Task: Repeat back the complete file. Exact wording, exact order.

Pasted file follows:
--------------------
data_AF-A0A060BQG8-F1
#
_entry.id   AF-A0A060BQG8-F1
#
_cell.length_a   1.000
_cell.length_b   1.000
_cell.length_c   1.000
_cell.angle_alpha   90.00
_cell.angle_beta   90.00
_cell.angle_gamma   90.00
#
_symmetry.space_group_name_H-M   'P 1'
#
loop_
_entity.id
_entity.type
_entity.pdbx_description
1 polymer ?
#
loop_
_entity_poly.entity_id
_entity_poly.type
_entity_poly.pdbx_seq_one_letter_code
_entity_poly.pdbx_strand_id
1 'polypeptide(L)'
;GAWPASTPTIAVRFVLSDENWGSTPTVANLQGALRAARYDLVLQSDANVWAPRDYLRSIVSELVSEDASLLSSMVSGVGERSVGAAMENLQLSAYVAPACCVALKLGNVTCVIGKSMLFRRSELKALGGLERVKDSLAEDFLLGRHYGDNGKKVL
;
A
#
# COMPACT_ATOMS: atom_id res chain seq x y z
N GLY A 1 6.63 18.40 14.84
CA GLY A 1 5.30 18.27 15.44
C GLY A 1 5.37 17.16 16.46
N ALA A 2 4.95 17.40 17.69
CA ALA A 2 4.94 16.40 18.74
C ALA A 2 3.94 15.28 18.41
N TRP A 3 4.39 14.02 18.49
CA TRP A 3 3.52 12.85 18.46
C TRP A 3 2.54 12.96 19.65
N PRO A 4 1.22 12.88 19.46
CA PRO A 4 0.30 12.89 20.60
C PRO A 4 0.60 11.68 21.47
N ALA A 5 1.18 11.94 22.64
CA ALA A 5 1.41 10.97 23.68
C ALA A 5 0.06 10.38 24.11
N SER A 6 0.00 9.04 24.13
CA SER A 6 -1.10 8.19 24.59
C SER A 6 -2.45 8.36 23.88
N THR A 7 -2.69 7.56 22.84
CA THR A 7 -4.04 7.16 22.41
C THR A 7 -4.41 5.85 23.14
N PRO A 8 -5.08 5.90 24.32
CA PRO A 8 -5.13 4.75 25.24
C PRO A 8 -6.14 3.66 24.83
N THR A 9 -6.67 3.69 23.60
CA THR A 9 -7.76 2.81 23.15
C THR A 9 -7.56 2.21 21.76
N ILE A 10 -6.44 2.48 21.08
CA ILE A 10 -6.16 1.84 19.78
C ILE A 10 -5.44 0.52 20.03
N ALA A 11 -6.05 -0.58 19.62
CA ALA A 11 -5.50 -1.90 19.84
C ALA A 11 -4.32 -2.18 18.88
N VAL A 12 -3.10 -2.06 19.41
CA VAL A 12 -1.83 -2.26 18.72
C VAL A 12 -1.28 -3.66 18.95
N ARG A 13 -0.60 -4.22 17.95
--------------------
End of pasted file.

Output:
data_AF-A0A060BQG8-F1
#
_entry.id   AF-A0A060BQG8-F1
#
_cell.length_a   1.000
_cell.length_b   1.000
_cell.length_c   1.000
_cell.angle_alpha   90.00
_cell.angle_beta   90.00
_cell.angle_gamma   90.00
#
_symmetry.space_group_name_H-M   'P 1'
#
loop_
_entity.id
_entity.type
_entity.pdbx_description
1 polymer ?
#
loop_
_entity_poly.entity_id
_entity_poly.type
_entity_poly.pdbx_seq_one_letter_code
_entity_poly.pdbx_strand_id
1 'polypeptide(L)'
;GAWPASTPTIAVRFVLSDENWGSTPTVANLQGALRAARYDLVLQSDANVWAPRDYLRSIVSELVSEDASLLSSMVSGVGERSVGAAMENLQLSAYVAPACCVALKLGNVTCVIGKSMLFRRSELKALGGLERVKDSLAEDFLLGRHYGDNGKKVL
;
A
#
# COMPACT_ATOMS: atom_id res chain seq x y z
N GLY A 1 6.63 18.40 14.84
CA GLY A 1 5.30 18.27 15.44
C GLY A 1 5.37 17.16 16.46
N ALA A 2 4.95 17.40 17.69
CA ALA A 2 4.94 16.40 18.74
C ALA A 2 3.94 15.28 18.41
N TRP A 3 4.39 14.02 18.49
CA TRP A 3 3.52 12.85 18.46
C TRP A 3 2.54 12.96 19.65
N PRO A 4 1.22 12.88 19.46
CA PRO A 4 0.30 12.89 20.60
C PRO A 4 0.60 11.68 21.47
N ALA A 5 1.18 11.94 22.64
CA ALA A 5 1.41 10.97 23.68
C ALA A 5 0.06 10.38 24.11
N SER A 6 0.00 9.04 24.13
CA SER A 6 -1.10 8.19 24.59
C SER A 6 -2.45 8.36 23.88
N THR A 7 -2.69 7.56 22.84
CA THR A 7 -4.04 7.16 22.41
C THR A 7 -4.41 5.85 23.14
N PRO A 8 -5.08 5.90 24.32
CA PRO A 8 -5.13 4.75 25.24
C PRO A 8 -6.14 3.66 24.83
N THR A 9 -6.67 3.69 23.60
CA THR A 9 -7.76 2.81 23.15
C THR A 9 -7.56 2.21 21.76
N ILE A 10 -6.44 2.48 21.08
CA ILE A 10 -6.16 1.84 19.78
C ILE A 10 -5.44 0.52 20.03
N ALA A 11 -6.05 -0.58 19.62
CA ALA A 11 -5.50 -1.90 19.84
C ALA A 11 -4.32 -2.18 18.88
N VAL A 12 -3.10 -2.06 19.41
CA VAL A 12 -1.83 -2.26 18.72
C VAL A 12 -1.28 -3.66 18.95
N ARG A 13 -0.60 -4.22 17.95